Blake Marshall and Jared Walch , the sports writers for The Daily Utah Chronicle argues that athletes should be paid for their performances . College athletics is big business. In fact, the state of Utah’s highest paid public official is Kyle Whittingham (University of Utah Head Football Coach) .Millions of dollars are spent updating stadiums, training facilities and other areas of athletic departments, all for “amateur” athletes to compete. In the article, Marshall points out how student athletes contributes to their respective university , and the revenue that is coming in; from video game sales and jersey sells. Furthermore, athletes work more than most students. The NCAA has a regulation that is intended to limit training for players to 20 hours per week. In 2011, the NCAA survey conducted in 2011, Division I football players averaged 43 hours a week. Baseball came in second with 42.1 hours and men basketball came in third with 39.2 ( Marshall & Walch ). The NCAA has a regulation that 50% student athletes have to graduate is very loose, but in order to keep the mindset of a student-first mentality, college athletes are not “paid” (Marshall &Walch 2016). The purpose of this article is to help “shine the light” on athletes being mistreated and abused by major colleges and universities. Those who will find this article most useful are fans interested in college football and the players , and the daily struggles would find this article interesting also people who play the NCAA football video games, because it will answer a lot of their questions and wonders .
- From the ouside street view the musuem is shaped like half of a football
- Street view from Marietta st NW
- Building is shaped like half of a football
- Burnt orange almost brown colored
- INSIDE THE MUSEUM
- Hundreds of helmets
- Varoius colors and symbols
- The whole wall is made of helmets from different college football programs
- Helmets hide the staircase
- This is the hiesman trophy
- Its locked is a clear case
- Huge Bronze Trophy
- John Hiesman doing the “hiesman”
- Located on the 1ST floor
- Heres the entire 1ST floor
- All of the trophies and awards and fooball memorbilia
- This years Hiesman Trophy winner Lamar Jackson
- Heres his own case
- Inside includes his Cardinal red jersey and chrome red helmets all signed by him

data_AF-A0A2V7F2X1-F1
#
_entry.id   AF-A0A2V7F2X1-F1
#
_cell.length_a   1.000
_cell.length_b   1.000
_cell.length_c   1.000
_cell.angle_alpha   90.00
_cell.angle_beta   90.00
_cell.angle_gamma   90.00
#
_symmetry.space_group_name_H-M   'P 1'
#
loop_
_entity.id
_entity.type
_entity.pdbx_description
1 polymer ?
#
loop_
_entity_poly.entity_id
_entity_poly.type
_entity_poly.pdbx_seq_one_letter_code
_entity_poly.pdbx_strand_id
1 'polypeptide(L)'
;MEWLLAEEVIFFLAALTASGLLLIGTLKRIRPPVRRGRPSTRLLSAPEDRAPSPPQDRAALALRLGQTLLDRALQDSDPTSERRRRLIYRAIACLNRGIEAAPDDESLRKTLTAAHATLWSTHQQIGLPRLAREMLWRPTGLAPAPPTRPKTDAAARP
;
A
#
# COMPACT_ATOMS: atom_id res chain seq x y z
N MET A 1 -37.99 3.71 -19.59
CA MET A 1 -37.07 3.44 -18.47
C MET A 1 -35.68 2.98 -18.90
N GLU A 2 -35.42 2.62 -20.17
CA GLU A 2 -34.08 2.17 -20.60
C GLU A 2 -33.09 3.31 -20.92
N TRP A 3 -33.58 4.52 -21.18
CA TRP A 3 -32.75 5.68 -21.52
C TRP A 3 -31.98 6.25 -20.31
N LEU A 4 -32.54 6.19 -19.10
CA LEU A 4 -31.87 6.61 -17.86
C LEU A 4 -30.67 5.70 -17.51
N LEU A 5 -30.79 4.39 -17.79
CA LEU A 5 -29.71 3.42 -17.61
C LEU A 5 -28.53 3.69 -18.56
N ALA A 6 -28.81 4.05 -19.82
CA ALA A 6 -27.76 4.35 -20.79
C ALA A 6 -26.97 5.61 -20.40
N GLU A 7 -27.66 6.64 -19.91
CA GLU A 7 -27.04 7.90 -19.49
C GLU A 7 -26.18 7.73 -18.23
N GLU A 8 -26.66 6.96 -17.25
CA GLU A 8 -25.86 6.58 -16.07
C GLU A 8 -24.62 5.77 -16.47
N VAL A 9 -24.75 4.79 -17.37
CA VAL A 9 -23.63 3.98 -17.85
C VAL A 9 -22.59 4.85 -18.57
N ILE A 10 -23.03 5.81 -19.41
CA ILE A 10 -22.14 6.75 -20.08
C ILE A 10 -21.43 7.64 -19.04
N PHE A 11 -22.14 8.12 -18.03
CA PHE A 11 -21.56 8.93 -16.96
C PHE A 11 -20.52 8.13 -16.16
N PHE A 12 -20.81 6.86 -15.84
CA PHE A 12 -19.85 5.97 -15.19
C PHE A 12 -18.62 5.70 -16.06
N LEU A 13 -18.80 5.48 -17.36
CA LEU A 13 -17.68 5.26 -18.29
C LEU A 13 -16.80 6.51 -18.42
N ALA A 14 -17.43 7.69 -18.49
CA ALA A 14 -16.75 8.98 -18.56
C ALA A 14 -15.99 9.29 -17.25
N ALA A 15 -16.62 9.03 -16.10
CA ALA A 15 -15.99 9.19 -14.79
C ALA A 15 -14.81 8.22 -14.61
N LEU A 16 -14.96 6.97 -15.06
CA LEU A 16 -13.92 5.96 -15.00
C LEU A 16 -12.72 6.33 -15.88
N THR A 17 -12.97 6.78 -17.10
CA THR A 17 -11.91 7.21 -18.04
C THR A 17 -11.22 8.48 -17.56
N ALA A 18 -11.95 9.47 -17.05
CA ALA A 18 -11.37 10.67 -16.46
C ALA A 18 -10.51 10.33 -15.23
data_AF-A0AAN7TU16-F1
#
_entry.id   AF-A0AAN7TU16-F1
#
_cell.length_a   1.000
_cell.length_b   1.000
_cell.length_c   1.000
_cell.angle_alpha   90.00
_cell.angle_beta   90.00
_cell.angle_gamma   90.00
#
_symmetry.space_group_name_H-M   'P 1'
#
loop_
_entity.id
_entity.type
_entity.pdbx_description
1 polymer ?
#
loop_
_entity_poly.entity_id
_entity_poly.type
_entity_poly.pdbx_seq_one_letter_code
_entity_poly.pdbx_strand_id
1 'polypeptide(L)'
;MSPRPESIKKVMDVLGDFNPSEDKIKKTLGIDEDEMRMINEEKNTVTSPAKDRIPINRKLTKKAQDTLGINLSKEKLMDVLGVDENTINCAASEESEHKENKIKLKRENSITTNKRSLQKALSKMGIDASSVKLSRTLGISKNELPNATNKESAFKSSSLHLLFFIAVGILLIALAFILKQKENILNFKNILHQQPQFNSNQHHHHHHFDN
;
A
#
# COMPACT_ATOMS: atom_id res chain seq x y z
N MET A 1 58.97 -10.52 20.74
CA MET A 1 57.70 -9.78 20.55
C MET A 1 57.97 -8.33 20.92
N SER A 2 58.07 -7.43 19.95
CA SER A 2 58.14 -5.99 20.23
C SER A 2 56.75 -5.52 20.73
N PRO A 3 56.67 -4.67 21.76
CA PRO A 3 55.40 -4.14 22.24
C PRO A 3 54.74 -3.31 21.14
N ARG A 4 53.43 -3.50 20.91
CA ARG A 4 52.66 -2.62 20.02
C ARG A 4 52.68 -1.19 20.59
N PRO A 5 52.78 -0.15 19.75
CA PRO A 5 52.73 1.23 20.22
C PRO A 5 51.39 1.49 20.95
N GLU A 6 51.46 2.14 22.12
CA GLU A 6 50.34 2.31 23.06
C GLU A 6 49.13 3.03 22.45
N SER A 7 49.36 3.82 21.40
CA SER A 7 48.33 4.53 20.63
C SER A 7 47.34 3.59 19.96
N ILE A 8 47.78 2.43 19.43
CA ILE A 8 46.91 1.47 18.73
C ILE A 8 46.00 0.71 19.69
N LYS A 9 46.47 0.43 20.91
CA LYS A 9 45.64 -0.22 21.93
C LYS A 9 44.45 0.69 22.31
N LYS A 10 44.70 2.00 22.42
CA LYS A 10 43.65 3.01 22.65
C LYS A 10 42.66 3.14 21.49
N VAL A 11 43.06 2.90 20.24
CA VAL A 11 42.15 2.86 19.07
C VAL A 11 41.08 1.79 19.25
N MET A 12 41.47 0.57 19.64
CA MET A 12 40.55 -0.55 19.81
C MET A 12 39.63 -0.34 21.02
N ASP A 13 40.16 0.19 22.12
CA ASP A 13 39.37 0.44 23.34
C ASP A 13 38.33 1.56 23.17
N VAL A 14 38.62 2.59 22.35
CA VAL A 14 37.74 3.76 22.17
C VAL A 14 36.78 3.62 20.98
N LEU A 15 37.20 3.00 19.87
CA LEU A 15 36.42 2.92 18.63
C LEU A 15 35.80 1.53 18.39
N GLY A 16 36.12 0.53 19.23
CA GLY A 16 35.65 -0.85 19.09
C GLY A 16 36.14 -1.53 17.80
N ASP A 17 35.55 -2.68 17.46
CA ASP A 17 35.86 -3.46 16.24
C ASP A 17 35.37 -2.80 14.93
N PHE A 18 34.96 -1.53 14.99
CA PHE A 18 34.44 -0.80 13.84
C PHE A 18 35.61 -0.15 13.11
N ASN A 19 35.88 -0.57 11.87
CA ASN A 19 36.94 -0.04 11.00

Upon my arrival at the College Football Hall of Fame ; I walked through the double sliding doors and was greeted by a young lady wearing college football fan attire. She advised me to register for my all access pass, telling me that it would boost my overall fan experience while I visited . After I finished my registration process I stopped and took a look at the huge wall made from football helmets from every program in the nation and somehow while I was registering they found out the school I was representing which was Georgia State and they had our GSU football helmet lit up so I could see it in the midst of the hundreds of other helmets on the wall. I then proceeded to walk up the flight up stairs to the 1st floor of the museum ;which was filled with memorabilia and trophies from the National Championship , Hiesman , Doak Walker awards. Something that intrigued me was that every time I got close to a screen , highlights and pictures of GSU football started to play because it recognized my badge that was assigned to me at registration; I found this really cool and unique. After I finished looking at all the different trophies and jerseys from college football legends ; I went into the theater room and watch a 15 minute long video about how each quarter in the game of football translates to different stages in life and how to overcome adversity and deal will all the sudden changes life throws at you. Once the video concludes you exist around a staircase on to the 2nd floor which is how this comes to an end as I only will be using the 1st floor for my BED.